Mexican President Vicente Fox Quesada was absolutely correct when he recently pointed out the next step for free trade among the Americas is to make the rewards of NAFTA's success available to small- and medium-sized businesses on both sides of the border.
Fox made his remarks during a speech broadcast live via satellite to the San Diego Business Journal's "Inside the 21st Century" luncheon held May 30. The president pointed out the free trade agreement propelled trade between the U.S. and Mexico to nearly $263 billion, and cemented Mexico's position as the United States' second-largest trading partner.
Now, Mexico's president wants to see the economic benefits of NAFTA filter down from the large corporations which have had the financial wherewithal to stake their claims in the NAFTA gold rush to smaller companies. That, Fox says, can only be done if the three NAFTA partners work even closer together to promote regional competitiveness.
We agree with President Fox that free trade among the Americas holds great potential for companies of all sizes. However, most small firms have not taken advantage of the opportunities presented by NAFTA. Now, with even more opportunities to be made available to smaller companies by the hemispheric Free Trade Area of the Americas, hammered out during the Quebec City summit in April, it's important that small and mid-size firms prepare themselves for this new challenge.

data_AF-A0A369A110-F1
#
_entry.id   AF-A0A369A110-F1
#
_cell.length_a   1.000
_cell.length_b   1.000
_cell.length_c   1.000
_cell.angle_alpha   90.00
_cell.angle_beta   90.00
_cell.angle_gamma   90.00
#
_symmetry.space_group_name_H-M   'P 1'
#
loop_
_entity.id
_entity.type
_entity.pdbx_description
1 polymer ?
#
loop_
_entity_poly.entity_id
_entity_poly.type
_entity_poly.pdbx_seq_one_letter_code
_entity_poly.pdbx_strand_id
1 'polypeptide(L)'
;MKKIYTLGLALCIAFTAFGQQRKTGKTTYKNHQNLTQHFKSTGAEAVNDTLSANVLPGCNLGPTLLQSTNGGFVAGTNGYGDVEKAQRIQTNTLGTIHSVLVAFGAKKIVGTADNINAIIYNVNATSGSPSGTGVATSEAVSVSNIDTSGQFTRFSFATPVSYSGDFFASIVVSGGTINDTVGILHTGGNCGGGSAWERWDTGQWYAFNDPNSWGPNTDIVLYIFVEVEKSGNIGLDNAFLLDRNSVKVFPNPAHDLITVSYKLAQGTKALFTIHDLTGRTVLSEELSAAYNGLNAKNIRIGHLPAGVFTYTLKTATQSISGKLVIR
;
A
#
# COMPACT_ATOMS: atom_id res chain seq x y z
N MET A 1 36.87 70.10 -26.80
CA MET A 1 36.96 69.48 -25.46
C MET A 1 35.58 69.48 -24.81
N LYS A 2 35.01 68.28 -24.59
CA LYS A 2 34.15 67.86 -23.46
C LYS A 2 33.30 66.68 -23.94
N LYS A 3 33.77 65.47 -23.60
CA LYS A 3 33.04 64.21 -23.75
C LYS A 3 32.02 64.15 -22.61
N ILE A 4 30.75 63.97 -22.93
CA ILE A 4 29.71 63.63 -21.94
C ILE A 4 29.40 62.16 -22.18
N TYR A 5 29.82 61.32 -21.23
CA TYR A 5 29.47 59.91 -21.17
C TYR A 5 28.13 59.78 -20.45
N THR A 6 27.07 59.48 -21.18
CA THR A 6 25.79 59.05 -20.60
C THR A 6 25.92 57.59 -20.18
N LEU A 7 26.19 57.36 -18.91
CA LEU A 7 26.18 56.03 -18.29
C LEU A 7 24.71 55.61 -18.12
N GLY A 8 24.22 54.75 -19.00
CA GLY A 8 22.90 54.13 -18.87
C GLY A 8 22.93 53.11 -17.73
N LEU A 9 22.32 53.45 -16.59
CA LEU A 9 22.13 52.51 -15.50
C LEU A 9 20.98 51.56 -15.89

In a recent speech, Richard Feinberg, director of UCSD's Asia Pacific Economic Cooperation Study Center, predicted the FTAA will provide small and mid-size companies new opportunities to take part in trade with the growing economies south of the border , not just with Mexico, but all of Latin America.
Just as NAFTA knocked down trade barriers between Canada, Mexico and the U.S., FTAA promises to reduce or eliminate trade tariffs that in some South and Central American countries can amount to 20 to 25 percent of the imports' value. Abolishing such barriers will put smaller firms on a much more even playing field with larger American companies in finding new trading partners.
FTAA is expected to be implemented by 2005. We expect it will help accomplish President Fox's vision and benefit companies of all sizes throughout the Americas, but American businesses must be prepared to take advantage of the new opportunities.